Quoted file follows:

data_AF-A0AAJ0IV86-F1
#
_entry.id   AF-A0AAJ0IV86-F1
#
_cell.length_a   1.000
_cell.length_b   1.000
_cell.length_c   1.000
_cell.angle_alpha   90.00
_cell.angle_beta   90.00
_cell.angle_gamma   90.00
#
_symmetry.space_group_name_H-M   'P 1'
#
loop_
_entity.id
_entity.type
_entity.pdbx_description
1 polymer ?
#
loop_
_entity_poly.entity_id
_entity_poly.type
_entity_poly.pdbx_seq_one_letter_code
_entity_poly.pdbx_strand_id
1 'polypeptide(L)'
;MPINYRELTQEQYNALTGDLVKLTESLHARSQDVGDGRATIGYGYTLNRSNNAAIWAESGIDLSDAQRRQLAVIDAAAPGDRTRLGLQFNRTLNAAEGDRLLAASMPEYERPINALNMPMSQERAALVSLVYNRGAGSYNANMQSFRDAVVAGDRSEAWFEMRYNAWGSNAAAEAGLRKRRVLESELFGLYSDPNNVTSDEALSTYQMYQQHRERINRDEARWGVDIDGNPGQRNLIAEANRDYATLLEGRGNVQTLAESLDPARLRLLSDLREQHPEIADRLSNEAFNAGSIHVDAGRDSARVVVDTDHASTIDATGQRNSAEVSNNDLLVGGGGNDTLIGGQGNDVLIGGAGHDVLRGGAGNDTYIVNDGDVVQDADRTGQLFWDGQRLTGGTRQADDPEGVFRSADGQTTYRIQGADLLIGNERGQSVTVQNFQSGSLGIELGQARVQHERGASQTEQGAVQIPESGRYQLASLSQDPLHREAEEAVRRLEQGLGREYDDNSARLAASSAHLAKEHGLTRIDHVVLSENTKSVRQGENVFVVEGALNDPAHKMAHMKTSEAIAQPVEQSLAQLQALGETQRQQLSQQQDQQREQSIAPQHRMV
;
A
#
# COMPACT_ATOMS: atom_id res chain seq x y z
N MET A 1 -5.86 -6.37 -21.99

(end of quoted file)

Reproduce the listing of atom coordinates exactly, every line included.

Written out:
data_AF-A0AAJ0IV86-F1
#
_entry.id   AF-A0AAJ0IV86-F1
#
_cell.length_a   1.000
_cell.length_b   1.000
_cell.length_c   1.000
_cell.angle_alpha   90.00
_cell.angle_beta   90.00
_cell.angle_gamma   90.00
#
_symmetry.space_group_name_H-M   'P 1'
#
loop_
_entity.id
_entity.type
_entity.pdbx_description
1 polymer ?
#
loop_
_entity_poly.entity_id
_entity_poly.type
_entity_poly.pdbx_seq_one_letter_code
_entity_poly.pdbx_strand_id
1 'polypeptide(L)'
;MPINYRELTQEQYNALTGDLVKLTESLHARSQDVGDGRATIGYGYTLNRSNNAAIWAESGIDLSDAQRRQLAVIDAAAPGDRTRLGLQFNRTLNAAEGDRLLAASMPEYERPINALNMPMSQERAALVSLVYNRGAGSYNANMQSFRDAVVAGDRSEAWFEMRYNAWGSNAAAEAGLRKRRVLESELFGLYSDPNNVTSDEALSTYQMYQQHRERINRDEARWGVDIDGNPGQRNLIAEANRDYATLLEGRGNVQTLAESLDPARLRLLSDLREQHPEIADRLSNEAFNAGSIHVDAGRDSARVVVDTDHASTIDATGQRNSAEVSNNDLLVGGGGNDTLIGGQGNDVLIGGAGHDVLRGGAGNDTYIVNDGDVVQDADRTGQLFWDGQRLTGGTRQADDPEGVFRSADGQTTYRIQGADLLIGNERGQSVTVQNFQSGSLGIELGQARVQHERGASQTEQGAVQIPESGRYQLASLSQDPLHREAEEAVRRLEQGLGREYDDNSARLAASSAHLAKEHGLTRIDHVVLSENTKSVRQGENVFVVEGALNDPAHKMAHMKTSEAIAQPVEQSLAQLQALGETQRQQLSQQQDQQREQSIAPQHRMV
;
A
#
# COMPACT_ATOMS: atom_id res chain seq x y z
N MET A 1 -5.86 -6.37 -21.99